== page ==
Young Folks' Treasury: Classic Tales and Old-Fashioned Stories HTML version
Eyes And No Eyes, Or The Art Of Seeing
By JOHN AIKIN and MRS. BARBAULD
"Well, Robert, where have you been walking this after noon?" said Mr. Andrews, to one of his
pupils at the close of a holiday.
R. I have been, sir, to Broom heath, and so round by the windmill upon Camp-mount, and home
through the meadows by the river-side.
Mr. A. Well, that's a pleasant round.
R. I thought it very dull, sir; I scarcely met with a single person. I had rather by half have gone
along the turnpike road.
Mr. A. Why, if seeing men and horses is your object, you would, indeed, be better entertained on
the highroad. But did you see William?
R. We set out together, but he lagged behind in the lane, so I walked on and left him.
Mr. A. That was a pity. He would have been company for you.
R. Oh, he is so tedious, always stopping to look at this thing and that! I had rather walk alone. I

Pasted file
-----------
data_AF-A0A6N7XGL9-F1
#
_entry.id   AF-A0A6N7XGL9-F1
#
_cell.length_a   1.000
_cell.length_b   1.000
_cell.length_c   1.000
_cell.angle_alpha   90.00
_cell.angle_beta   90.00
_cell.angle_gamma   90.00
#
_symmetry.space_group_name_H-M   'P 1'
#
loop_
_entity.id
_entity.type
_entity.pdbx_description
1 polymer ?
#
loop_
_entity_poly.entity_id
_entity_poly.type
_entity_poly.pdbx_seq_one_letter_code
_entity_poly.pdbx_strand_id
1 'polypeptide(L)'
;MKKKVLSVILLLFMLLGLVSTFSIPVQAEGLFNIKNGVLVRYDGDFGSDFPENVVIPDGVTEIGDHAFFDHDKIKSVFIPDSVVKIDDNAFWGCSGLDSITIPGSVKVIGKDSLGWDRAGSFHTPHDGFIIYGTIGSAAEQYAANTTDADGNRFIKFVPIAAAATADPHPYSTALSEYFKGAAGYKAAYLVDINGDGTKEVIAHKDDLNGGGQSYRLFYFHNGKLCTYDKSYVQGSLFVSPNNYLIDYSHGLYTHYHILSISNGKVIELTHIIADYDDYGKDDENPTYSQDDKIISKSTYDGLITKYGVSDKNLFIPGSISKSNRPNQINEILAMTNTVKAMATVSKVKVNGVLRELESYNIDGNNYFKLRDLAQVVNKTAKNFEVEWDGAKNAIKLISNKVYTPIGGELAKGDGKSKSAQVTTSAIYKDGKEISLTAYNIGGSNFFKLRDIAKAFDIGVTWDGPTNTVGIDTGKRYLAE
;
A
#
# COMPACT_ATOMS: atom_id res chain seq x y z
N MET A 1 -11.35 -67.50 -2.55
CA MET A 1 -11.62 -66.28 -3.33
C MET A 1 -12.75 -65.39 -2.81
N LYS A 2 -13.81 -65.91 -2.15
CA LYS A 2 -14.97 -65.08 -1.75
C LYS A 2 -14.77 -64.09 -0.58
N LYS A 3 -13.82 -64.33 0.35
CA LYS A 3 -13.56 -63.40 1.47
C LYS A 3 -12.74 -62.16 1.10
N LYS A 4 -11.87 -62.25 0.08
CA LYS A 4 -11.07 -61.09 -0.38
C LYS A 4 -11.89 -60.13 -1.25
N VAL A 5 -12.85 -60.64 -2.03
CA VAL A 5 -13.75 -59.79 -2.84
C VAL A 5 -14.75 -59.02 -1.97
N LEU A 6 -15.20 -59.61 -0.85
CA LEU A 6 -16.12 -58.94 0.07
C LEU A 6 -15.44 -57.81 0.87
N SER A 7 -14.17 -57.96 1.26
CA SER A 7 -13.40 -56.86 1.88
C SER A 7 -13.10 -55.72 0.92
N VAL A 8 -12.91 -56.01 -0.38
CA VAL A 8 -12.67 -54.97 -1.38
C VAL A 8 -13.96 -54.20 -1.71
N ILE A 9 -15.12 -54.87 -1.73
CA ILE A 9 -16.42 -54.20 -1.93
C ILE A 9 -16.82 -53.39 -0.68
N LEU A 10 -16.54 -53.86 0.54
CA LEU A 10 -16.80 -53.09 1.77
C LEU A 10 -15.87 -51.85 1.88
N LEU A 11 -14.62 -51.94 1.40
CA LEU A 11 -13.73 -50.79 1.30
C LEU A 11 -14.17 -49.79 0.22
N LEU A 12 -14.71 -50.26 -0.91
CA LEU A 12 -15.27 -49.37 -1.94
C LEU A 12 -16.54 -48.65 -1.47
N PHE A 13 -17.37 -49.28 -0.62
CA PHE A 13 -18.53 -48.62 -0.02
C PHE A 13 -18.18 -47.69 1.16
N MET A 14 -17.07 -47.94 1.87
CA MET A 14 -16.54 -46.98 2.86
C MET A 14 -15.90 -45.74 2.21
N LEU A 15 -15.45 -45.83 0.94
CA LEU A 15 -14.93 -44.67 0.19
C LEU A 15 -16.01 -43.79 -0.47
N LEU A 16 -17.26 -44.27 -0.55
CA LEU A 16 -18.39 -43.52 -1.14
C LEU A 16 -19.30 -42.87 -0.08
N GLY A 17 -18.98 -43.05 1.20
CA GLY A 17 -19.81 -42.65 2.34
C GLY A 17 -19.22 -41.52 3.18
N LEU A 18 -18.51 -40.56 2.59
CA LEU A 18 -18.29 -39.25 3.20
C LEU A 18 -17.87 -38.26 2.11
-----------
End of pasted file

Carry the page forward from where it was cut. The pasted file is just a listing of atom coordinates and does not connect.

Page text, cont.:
dare say he is not got home yet.
Mr. A. Here he comes. Well, William, where have you been?
W. Oh, sir, the pleasantest walk! I went all over Broom-heath, and so up to the mill at the top of
the hill, and then down among the green meadows by the side of the river.
Mr. A. Why, that is just the round Robert has been taking, and he complains of its dullness, and
prefers the highroad.
W. I wonder at that. I am sure I hardly took a step that did not delight me, and I have brought
home my handkerchief full of curiosities.
Mr. A. Suppose, then, you give us some account of what amused you so much. I fancy it will be
as new to Robert as to me.
W. I will, sir. The lane leading to the heath, you know, is close and sandy, so I did not mind it
much, but made the best of my way. However, I spied a curious thing enough in the hedge. It
was an old crab-tree, out of which grew a great bunch of something green, quite different from
the tree itself. Here is a branch of it.
Mr. A. Ah! this is mistletoe, a plant of great fame for the use made of it by the Druids of old in
their religious rites and incantations. It bears a very slimy white berry, of which birdlime may be